Internationalizing the company
Although it seems that all companies are clear on how fundamental exports are for their growth, only the big companies take this seriously. There are exceptions, as we will comment upon later, but the landscape between the small and medium-sized company in the world of exports is quite desolate.
The internationalization of companies not only increases sales but also guarantees the survival of same. Companies with an exporting tradition have a far greater chance of persisting over time. This is because markets are constantly in flux. Changes in trends, economic crises… If our market is global we have far more opportunities to compensate for any instability there may be.
An example of what we are saying is the company Talsa (Talsabell, S.A.), a manufacturer of machinery for the meat and food processing industry. A company that has been in existence for over 100 years and that since the very beginning has been committed to innovation, investing in research and development and, what is more important, in the opening up of new markets. The international reach of Talsa makes it one of the first international companies in its sector, ie the manufacture of quality machinery for the meat and food processing industry. Medium capacity fillers, mixers, mincers, cutters and cookers from the Talsa brand are renowned at worldwide level. Not for nothing is the Talsa website produced in six languages.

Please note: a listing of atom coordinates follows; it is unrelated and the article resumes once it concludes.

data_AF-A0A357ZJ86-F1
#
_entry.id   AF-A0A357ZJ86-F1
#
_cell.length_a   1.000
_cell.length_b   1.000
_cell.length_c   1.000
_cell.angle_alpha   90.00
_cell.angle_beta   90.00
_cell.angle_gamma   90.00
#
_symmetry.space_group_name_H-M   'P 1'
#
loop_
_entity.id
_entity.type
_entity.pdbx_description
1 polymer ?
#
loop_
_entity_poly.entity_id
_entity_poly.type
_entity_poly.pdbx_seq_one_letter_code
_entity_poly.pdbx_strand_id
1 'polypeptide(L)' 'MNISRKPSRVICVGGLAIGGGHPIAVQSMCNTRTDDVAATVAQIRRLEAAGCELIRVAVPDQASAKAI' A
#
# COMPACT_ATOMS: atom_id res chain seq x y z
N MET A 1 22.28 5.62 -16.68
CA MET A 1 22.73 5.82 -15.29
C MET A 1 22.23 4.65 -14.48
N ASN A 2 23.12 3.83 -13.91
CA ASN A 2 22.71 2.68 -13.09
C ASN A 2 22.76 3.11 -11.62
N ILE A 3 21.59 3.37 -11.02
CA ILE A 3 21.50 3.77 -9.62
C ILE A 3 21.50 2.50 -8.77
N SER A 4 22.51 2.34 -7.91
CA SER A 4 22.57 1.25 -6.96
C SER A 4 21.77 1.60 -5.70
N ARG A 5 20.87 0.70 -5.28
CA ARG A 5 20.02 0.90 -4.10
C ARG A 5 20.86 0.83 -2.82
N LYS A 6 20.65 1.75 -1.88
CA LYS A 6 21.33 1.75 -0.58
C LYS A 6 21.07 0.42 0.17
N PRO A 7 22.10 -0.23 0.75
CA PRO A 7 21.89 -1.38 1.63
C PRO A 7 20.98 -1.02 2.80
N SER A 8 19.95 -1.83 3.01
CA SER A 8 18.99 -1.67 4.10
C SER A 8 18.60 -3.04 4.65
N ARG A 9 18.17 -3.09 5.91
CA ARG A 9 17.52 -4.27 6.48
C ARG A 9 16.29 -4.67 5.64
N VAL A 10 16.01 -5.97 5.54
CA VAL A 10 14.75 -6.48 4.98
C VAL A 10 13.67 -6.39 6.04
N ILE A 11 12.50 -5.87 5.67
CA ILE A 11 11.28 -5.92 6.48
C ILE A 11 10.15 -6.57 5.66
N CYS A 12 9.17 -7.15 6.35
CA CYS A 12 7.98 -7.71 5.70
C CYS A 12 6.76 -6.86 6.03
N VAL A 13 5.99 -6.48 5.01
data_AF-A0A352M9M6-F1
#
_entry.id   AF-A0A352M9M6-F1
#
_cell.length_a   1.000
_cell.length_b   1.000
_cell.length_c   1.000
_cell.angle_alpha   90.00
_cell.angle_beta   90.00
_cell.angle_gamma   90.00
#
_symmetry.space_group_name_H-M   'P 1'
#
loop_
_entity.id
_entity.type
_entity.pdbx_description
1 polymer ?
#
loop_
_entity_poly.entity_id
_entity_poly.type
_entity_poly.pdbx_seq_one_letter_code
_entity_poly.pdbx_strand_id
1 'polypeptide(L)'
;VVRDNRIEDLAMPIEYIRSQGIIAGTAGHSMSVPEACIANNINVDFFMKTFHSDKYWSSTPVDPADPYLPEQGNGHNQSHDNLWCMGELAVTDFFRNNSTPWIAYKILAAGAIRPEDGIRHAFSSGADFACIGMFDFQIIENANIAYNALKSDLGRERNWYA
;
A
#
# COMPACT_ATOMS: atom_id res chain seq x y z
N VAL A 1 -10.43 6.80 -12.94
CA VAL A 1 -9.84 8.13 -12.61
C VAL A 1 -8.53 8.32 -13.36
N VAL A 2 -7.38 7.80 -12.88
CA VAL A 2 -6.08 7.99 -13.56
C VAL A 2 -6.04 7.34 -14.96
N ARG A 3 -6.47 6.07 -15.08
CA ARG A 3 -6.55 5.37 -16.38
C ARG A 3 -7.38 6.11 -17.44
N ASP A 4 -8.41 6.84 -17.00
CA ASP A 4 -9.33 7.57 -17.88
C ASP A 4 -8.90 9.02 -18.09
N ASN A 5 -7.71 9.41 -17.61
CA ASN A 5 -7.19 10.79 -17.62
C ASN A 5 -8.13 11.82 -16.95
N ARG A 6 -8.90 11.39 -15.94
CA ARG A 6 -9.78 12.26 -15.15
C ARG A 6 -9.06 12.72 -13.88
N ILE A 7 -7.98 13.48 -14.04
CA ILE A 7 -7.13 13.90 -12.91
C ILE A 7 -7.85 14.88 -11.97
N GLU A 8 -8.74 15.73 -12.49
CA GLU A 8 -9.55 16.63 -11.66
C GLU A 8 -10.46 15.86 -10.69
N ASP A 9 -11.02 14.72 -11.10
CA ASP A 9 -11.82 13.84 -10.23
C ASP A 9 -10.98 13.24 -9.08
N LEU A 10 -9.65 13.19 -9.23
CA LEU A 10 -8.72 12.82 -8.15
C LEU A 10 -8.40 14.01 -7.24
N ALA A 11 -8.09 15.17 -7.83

The purpose of this post is not to indicate the steps for companies to follow in order to achieve internationalization, each company has its own idiosyncrasies and must take personalised steps, but there are certain minimum requisites that will help us in this important task:
– Knowledge of foreign markets.
– Adaptation of our business structure and investment in R+D+i.
And most importantly, the will to export.